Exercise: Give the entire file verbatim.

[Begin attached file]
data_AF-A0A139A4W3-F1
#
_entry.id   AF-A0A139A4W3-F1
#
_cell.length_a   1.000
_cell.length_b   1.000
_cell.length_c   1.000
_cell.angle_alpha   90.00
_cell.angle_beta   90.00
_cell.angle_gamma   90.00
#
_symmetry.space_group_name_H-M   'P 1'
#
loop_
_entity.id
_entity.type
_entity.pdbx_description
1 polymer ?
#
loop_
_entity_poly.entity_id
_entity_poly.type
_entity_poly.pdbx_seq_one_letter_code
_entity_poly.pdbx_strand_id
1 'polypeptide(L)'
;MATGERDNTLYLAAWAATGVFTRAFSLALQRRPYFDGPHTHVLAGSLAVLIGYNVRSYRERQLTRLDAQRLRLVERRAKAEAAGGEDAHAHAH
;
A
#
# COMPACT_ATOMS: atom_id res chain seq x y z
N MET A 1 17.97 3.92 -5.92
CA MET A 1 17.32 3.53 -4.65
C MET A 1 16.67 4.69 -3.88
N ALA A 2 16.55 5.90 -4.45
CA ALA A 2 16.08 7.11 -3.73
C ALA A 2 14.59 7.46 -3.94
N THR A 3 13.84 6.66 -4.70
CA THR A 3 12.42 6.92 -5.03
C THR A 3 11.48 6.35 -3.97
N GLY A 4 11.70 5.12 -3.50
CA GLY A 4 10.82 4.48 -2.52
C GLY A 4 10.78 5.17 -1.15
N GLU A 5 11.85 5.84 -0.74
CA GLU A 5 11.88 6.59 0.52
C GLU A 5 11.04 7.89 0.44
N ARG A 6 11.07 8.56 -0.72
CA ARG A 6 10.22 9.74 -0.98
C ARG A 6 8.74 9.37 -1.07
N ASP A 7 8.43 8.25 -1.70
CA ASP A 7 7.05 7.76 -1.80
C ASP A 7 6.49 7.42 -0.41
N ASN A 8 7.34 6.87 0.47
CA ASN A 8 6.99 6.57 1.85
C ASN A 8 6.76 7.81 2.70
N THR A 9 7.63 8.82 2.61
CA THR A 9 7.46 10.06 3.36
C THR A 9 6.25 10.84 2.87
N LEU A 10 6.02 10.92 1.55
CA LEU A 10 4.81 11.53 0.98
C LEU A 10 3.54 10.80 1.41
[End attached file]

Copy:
data_AF-A0A139A4W3-F1
#
_entry.id   AF-A0A139A4W3-F1
#
_cell.length_a   1.000
_cell.length_b   1.000
_cell.length_c   1.000
_cell.angle_alpha   90.00
_cell.angle_beta   90.00
_cell.angle_gamma   90.00
#
_symmetry.space_group_name_H-M   'P 1'
#
loop_
_entity.id
_entity.type
_entity.pdbx_description
1 polymer ?
#
loop_
_entity_poly.entity_id
_entity_poly.type
_entity_poly.pdbx_seq_one_letter_code
_entity_poly.pdbx_strand_id
1 'polypeptide(L)'
;MATGERDNTLYLAAWAATGVFTRAFSLALQRRPYFDGPHTHVLAGSLAVLIGYNVRSYRERQLTRLDAQRLRLVERRAKAEAAGGEDAHAHAH
;
A
#
# COMPACT_ATOMS: atom_id res chain seq x y z
N MET A 1 17.97 3.92 -5.92
CA MET A 1 17.32 3.53 -4.65
C MET A 1 16.67 4.69 -3.88
N ALA A 2 16.55 5.90 -4.45
CA ALA A 2 16.08 7.11 -3.73
C ALA A 2 14.59 7.46 -3.94
N THR A 3 13.84 6.66 -4.70
CA THR A 3 12.42 6.92 -5.03
C THR A 3 11.48 6.35 -3.97
N GLY A 4 11.70 5.12 -3.50
CA GLY A 4 10.82 4.48 -2.52
C GLY A 4 10.78 5.17 -1.15
N GLU A 5 11.85 5.84 -0.74
CA GLU A 5 11.88 6.59 0.52
C GLU A 5 11.04 7.89 0.44
N ARG A 6 11.07 8.56 -0.72
CA ARG A 6 10.22 9.74 -0.98
C ARG A 6 8.74 9.37 -1.07
N ASP A 7 8.43 8.25 -1.70
CA ASP A 7 7.05 7.76 -1.80
C ASP A 7 6.49 7.42 -0.41
N ASN A 8 7.34 6.87 0.47
CA ASN A 8 6.99 6.57 1.85
C ASN A 8 6.76 7.81 2.70
N THR A 9 7.63 8.82 2.61
CA THR A 9 7.46 10.06 3.36
C THR A 9 6.25 10.84 2.87
N LEU A 10 6.02 10.92 1.55
CA LEU A 10 4.81 11.53 0.98
C LEU A 10 3.54 10.80 1.41